Command File SyntaxEpsilon's command files appear in a human-readable format, so you can easily modify them. Parentheses surround each command. Inside the parentheses appear a command name, and optionally one or more arguments. The command can be one of several special commands described in the next section, or most any EEL subroutine. See the next section for details.
Each argument can be either a number, a string, or a key list (a special type of string). Spaces separate one argument from the next. Thus, each command looks something like this:
You can include comments in a command file by putting a semicolon or hash sign ("#") anywhere an opening parenthesis may appear. Such a comment extends to the end of the line. You cannot put a comment inside a string.
For numbers, you can include bases using a prefix of "0x" for
hexadecimal, "0o" for octal, or "0b" for binary, or use an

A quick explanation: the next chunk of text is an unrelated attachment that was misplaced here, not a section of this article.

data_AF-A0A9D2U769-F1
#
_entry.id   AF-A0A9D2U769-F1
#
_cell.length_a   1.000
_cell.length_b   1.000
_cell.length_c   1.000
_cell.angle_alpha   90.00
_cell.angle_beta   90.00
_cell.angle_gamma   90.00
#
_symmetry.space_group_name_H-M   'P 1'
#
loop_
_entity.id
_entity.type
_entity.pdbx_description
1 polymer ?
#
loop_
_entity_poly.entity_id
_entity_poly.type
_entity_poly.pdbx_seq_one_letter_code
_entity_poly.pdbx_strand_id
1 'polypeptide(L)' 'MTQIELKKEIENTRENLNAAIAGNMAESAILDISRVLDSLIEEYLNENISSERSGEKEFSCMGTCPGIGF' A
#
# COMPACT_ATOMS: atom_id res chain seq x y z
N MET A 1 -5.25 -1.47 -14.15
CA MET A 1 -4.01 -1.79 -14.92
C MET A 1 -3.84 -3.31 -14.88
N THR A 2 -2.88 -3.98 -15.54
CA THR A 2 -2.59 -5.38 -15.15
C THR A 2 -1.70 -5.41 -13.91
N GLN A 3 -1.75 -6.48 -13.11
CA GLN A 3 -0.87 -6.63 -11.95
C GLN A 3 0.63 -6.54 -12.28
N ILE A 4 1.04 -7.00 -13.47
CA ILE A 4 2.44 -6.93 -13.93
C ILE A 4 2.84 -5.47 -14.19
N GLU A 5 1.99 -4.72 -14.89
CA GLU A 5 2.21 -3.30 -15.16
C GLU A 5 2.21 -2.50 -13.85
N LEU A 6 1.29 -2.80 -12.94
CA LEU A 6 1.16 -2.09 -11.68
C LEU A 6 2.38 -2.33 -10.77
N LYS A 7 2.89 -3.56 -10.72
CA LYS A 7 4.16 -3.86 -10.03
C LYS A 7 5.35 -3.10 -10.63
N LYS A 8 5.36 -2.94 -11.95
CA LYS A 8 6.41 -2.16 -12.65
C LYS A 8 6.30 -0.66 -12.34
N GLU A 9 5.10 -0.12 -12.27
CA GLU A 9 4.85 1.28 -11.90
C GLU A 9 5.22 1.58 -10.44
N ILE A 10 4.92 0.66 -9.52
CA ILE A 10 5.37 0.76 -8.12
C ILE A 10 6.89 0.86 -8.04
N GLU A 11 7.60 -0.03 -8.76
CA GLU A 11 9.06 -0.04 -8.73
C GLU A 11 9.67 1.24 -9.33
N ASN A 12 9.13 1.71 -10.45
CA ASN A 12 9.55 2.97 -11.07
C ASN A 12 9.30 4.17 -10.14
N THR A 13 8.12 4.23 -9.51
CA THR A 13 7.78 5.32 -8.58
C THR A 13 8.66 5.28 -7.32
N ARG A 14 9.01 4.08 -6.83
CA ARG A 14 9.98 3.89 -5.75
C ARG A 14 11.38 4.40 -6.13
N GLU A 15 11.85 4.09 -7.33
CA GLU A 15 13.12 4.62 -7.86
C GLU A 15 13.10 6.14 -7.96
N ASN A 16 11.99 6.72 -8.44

EEL-style character constant like
A few commands such as
You can also use the special key syntax
In addition to the above command syntax with commands inside
parentheses, command files may contain lines that define variables,
macros, key tables or bindings. Epsilon understands all the different
types of lines generated by the list-all,
list-customizations, import-customizations, and
similar commands. When Epsilon records customizations in your
Besides listing variables, macros, key tables, and bindings, the above commands also create lines that report that a particular command or subroutine written in Epsilon's EEL extension language exists. These lines give the name, but not the definition, because command files can't define EEL functions. When Epsilon sees a line like that, it makes sure that a command or subroutine with the given name exists. If not, it reports an error. Epsilon does the same thing with variables that have complicated types (pointers or structures, for example).